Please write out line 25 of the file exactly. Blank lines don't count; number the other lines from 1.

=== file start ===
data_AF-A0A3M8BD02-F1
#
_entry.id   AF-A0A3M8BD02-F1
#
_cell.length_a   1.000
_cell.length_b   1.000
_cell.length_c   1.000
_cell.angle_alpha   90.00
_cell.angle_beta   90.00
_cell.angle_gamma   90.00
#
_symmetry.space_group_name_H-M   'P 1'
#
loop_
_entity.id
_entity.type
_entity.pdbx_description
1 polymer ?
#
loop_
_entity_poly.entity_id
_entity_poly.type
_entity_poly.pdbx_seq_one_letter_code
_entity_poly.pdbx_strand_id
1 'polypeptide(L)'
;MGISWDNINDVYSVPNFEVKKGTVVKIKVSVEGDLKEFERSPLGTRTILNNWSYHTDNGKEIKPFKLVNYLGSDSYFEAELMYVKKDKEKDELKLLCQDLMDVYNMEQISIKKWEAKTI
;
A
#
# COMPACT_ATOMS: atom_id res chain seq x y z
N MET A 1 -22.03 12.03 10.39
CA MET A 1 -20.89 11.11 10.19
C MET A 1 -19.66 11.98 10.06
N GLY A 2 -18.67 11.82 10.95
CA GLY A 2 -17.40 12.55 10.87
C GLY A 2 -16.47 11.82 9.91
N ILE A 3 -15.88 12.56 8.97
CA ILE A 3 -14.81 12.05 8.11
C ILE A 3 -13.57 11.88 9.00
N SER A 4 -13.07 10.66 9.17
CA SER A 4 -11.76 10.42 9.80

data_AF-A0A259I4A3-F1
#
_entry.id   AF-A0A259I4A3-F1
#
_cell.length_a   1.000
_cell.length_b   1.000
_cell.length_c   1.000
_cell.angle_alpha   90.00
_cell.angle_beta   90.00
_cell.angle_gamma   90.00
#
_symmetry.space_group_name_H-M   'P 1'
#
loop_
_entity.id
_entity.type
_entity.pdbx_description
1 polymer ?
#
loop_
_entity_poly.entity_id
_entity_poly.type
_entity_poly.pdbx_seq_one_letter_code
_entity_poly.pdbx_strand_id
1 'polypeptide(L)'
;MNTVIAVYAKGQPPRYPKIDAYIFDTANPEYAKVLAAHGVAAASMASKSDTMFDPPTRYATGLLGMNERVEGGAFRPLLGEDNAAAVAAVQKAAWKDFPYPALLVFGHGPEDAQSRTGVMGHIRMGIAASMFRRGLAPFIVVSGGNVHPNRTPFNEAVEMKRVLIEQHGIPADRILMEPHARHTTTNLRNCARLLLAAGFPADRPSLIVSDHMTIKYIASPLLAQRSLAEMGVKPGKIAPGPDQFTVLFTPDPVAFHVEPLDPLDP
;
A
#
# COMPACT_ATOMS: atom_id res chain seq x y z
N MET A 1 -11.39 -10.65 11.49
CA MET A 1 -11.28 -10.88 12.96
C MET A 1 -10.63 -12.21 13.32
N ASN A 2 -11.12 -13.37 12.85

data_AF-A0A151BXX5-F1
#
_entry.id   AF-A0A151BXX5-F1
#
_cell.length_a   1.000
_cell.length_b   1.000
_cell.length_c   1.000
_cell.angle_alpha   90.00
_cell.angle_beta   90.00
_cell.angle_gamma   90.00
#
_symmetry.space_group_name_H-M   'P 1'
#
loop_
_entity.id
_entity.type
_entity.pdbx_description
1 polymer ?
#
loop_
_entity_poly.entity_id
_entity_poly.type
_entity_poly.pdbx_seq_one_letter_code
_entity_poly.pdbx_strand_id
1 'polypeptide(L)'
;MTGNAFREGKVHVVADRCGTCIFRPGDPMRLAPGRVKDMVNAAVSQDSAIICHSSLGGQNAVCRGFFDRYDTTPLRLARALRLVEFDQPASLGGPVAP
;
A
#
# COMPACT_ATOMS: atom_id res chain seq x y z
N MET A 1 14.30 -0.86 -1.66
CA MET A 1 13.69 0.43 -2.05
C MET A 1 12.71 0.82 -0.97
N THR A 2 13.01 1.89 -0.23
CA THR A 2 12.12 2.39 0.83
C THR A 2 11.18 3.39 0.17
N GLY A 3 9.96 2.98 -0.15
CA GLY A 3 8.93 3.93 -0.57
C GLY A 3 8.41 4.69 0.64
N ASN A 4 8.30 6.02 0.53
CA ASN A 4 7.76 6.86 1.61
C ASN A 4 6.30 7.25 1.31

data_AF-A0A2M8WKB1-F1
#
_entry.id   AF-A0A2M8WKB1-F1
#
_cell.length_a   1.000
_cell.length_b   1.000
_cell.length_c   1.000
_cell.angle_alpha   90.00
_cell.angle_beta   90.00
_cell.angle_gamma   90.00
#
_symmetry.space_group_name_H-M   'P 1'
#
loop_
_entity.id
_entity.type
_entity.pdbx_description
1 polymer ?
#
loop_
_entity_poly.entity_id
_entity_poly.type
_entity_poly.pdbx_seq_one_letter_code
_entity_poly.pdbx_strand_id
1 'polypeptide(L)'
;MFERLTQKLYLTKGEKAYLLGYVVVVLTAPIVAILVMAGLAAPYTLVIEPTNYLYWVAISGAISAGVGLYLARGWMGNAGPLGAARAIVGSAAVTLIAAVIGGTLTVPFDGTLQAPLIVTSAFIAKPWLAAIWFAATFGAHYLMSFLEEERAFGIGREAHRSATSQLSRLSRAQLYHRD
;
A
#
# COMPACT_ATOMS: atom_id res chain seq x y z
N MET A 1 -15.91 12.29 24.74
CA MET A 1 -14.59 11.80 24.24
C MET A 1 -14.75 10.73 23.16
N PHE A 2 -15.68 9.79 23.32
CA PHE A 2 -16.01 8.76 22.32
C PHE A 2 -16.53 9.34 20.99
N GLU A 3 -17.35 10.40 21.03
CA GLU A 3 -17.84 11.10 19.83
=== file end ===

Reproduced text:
1 'polypeptide(L)'